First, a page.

Most delayed time of year to fly
The most delayed time of year to fly is when the weather is bad in any part of the airline system. This means that flying from Chicago to Paris is more likely to be delayed in January. That makes sense.
But so is flying from Dallas to Miami. Why? The equipment and staff for a flight can be stuck someplace in the system because of inclement weather anywhere in the system.
In general, winter in the location you’re flying from or to will be more likely to have delayed flights than summer will.
It’s worth noting that some airports tend to have more delays all year long than others do. Jakarta and Newark are at the top of the international and domestic lists of most delays.
On-time times of year to fly
The time of year with the most on-time flights is whenever it is clear and moderate in temperature in both your departure and arrival destinations and for the rest of the airports in your airline network. For domestic flights, that means May, June, September, and October.
Worst overall time to fly: U.S.
The worst overall time to fly in the U.S. has got to be Thanksgiving weekend. But other factors added to the holiday may increase delays: On routes that can be frozen or hit with a blizzard, the delays are compounded because the airport may be difficult for pilots and flight attendants to get to in inclement weather.
If your flight is at 6 p.m., you’ll probably wait. And if the airline you’re flying doesn’t have another flight on your route that day, you’ll wait.
Worst overall time to fly: International
The worst overall time to fly internationally is any time the residents of the country you’re going to are on holiday or have other obligations (civic or religious), and weather can cause delays, cancellations, and equipment problems.
Many Americans try to fly to Europe in August, but the entire continent is on vacation during the month of August. For travelers, resources are stretched tight and that can affect flights, not to mention accommodations and activities at the destination.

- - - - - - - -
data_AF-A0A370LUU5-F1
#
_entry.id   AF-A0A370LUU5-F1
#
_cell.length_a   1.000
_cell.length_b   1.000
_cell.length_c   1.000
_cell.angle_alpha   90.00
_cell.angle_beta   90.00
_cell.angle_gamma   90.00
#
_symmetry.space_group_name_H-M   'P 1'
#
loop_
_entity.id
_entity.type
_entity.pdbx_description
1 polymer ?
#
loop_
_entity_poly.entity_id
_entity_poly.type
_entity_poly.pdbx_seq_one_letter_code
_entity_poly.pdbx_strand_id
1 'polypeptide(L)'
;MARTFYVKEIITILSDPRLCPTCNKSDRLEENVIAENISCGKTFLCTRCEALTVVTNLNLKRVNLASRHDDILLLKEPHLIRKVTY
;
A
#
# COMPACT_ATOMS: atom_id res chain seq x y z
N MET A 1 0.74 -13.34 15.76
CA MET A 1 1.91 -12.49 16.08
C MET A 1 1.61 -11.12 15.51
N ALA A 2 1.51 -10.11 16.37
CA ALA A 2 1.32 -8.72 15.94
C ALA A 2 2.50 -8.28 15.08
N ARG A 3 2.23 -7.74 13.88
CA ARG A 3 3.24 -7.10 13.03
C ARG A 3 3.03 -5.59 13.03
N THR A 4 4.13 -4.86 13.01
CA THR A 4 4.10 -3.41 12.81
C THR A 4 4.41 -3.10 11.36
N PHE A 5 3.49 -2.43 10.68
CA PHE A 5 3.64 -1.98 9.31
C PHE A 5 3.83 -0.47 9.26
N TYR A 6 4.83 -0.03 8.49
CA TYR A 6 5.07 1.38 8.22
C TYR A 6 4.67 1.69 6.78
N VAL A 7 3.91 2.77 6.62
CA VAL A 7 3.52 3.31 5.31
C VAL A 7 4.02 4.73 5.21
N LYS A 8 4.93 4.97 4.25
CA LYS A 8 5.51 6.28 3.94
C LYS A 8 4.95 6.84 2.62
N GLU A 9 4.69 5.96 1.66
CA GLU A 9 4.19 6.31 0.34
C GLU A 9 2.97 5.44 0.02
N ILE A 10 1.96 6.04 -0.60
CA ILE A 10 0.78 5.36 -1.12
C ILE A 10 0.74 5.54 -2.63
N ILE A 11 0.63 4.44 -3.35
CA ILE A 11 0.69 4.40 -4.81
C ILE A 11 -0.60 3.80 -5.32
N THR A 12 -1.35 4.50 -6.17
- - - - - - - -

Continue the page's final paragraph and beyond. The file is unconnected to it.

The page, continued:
The same is true of other times of the year such as Ramadan for primarily Muslim countries such as Indonesia, and hurricane season in August and September in the Caribbean.
If August is the only time you can go to Europe, Ramadan is the only time you can go to a Muslim country, and hurricane season is the only time you can go to the islands, make sure have a credit card with no foreign transaction fees in case banks and currency vendors aren’t fully staffed.
Best overall time to fly
And the best overall time to fly anywhere at any time of day is when you don’t have to be there at a specific time, so delays or cancellations don’t really affect you. And these days, airplane seats are in such demand that you may be able to take advantage of an airline’s offer to get a voucher or cash for giving up your seat.
If you happen to end up on a day with clear, good weather that isn’t too hot, you won’t have to suffer through turbulence. Flying off-season can increase your chances of having smooth flights, as can avoiding local holidays and events.
The best way to plan a trip involving air travel is to be flexible about when you can fly, build in enough time so that snafus don’t ruin your trip, and then consider buying your tickets on a Tuesday around six weeks out from the trip.
Flying airlines with more flights to your destination and a better record of making up for delayed and canceled flights will decrease the chance that you’ll be stuck without recourse or delayed longer than necessary.
Also note that travel insurance can help you if you get sick, injured, or robbed on a trip because the insurance will pay to get you home ASAP. For a high-stakes trip or a trip far from home or with greater-than-normal potential for injury, consider springing for trip insurance.
The best credit cards for travel insurance could also help you get out of a jam when you’re far from home.